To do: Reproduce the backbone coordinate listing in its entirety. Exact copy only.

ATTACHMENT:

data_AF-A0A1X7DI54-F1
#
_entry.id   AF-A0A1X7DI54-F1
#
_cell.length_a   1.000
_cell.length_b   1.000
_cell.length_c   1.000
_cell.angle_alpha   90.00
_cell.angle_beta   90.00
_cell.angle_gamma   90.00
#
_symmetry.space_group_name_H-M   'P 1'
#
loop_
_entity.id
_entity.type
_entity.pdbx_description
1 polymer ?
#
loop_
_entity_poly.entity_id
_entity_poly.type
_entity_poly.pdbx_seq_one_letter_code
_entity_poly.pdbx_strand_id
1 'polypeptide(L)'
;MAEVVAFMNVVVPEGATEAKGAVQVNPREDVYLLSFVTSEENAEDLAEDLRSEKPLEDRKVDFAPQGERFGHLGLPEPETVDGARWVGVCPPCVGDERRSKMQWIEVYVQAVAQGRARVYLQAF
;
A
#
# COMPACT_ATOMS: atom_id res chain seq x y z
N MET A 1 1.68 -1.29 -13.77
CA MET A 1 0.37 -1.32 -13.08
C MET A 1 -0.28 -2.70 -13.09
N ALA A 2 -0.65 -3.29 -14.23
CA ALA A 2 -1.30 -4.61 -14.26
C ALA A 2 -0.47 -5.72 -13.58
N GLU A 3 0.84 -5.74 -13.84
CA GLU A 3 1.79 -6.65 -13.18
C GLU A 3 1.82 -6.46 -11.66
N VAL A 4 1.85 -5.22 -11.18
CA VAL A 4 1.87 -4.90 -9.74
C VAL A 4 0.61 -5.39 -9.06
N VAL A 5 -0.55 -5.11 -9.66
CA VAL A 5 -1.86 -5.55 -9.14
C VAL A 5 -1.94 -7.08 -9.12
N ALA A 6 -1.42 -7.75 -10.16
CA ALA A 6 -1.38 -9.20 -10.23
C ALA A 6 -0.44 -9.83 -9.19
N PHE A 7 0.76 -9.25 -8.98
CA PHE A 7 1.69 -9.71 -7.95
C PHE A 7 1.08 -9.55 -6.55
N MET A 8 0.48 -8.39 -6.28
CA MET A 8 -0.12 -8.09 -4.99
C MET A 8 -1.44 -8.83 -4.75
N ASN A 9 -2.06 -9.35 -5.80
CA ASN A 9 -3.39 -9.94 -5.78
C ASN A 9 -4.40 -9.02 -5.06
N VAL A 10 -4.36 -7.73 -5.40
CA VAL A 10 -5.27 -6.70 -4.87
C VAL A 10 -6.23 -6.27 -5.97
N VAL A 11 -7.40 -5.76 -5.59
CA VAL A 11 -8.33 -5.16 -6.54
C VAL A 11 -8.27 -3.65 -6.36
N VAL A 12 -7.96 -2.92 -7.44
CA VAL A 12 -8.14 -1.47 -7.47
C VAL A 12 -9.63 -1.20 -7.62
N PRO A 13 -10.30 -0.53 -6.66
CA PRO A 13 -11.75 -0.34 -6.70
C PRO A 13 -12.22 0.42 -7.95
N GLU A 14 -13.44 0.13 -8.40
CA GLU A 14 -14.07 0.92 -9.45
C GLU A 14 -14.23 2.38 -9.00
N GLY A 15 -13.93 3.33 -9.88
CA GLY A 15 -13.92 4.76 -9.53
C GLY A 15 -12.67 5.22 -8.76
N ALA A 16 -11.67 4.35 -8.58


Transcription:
data_AF-A0A1X7DI54-F1
#
_entry.id   AF-A0A1X7DI54-F1
#
_cell.length_a   1.000
_cell.length_b   1.000
_cell.length_c   1.000
_cell.angle_alpha   90.00
_cell.angle_beta   90.00
_cell.angle_gamma   90.00
#
_symmetry.space_group_name_H-M   'P 1'
#
loop_
_entity.id
_entity.type
_entity.pdbx_description
1 polymer ?
#
loop_
_entity_poly.entity_id
_entity_poly.type
_entity_poly.pdbx_seq_one_letter_code
_entity_poly.pdbx_strand_id
1 'polypeptide(L)'
;MAEVVAFMNVVVPEGATEAKGAVQVNPREDVYLLSFVTSEENAEDLAEDLRSEKPLEDRKVDFAPQGERFGHLGLPEPETVDGARWVGVCPPCVGDERRSKMQWIEVYVQAVAQGRARVYLQAF
;
A
#
# COMPACT_ATOMS: atom_id res chain seq x y z
N MET A 1 1.68 -1.29 -13.77
CA MET A 1 0.37 -1.32 -13.08
C MET A 1 -0.28 -2.70 -13.09
N ALA A 2 -0.65 -3.29 -14.23
CA ALA A 2 -1.30 -4.61 -14.26
C ALA A 2 -0.47 -5.72 -13.58
N GLU A 3 0.84 -5.74 -13.84
CA GLU A 3 1.79 -6.65 -13.18
C GLU A 3 1.82 -6.46 -11.66
N VAL A 4 1.85 -5.22 -11.18
CA VAL A 4 1.87 -4.90 -9.74
C VAL A 4 0.61 -5.39 -9.06
N VAL A 5 -0.55 -5.11 -9.66
CA VAL A 5 -1.86 -5.55 -9.14
C VAL A 5 -1.94 -7.08 -9.12
N ALA A 6 -1.42 -7.75 -10.16
CA ALA A 6 -1.38 -9.20 -10.23
C ALA A 6 -0.44 -9.83 -9.19
N PHE A 7 0.76 -9.25 -8.98
CA PHE A 7 1.69 -9.71 -7.95
C PHE A 7 1.08 -9.55 -6.55
N MET A 8 0.48 -8.39 -6.28
CA MET A 8 -0.12 -8.09 -4.99
C MET A 8 -1.44 -8.83 -4.75
N ASN A 9 -2.06 -9.35 -5.80
CA ASN A 9 -3.39 -9.94 -5.78
C ASN A 9 -4.40 -9.02 -5.06
N VAL A 10 -4.36 -7.73 -5.40
CA VAL A 10 -5.27 -6.70 -4.87
C VAL A 10 -6.23 -6.27 -5.97
N VAL A 11 -7.40 -5.76 -5.59
CA VAL A 11 -8.33 -5.16 -6.54
C VAL A 11 -8.27 -3.65 -6.36
N VAL A 12 -7.96 -2.92 -7.44
CA VAL A 12 -8.14 -1.47 -7.47
C VAL A 12 -9.63 -1.20 -7.62
N PRO A 13 -10.30 -0.53 -6.66
CA PRO A 13 -11.75 -0.34 -6.70
C PRO A 13 -12.22 0.42 -7.95
N GLU A 14 -13.44 0.13 -8.40
CA GLU A 14 -14.07 0.92 -9.45
C GLU A 14 -14.23 2.38 -9.00
N GLY A 15 -13.93 3.33 -9.88
CA GLY A 15 -13.92 4.76 -9.53
C GLY A 15 -12.67 5.22 -8.76
N ALA A 16 -11.67 4.35 -8.58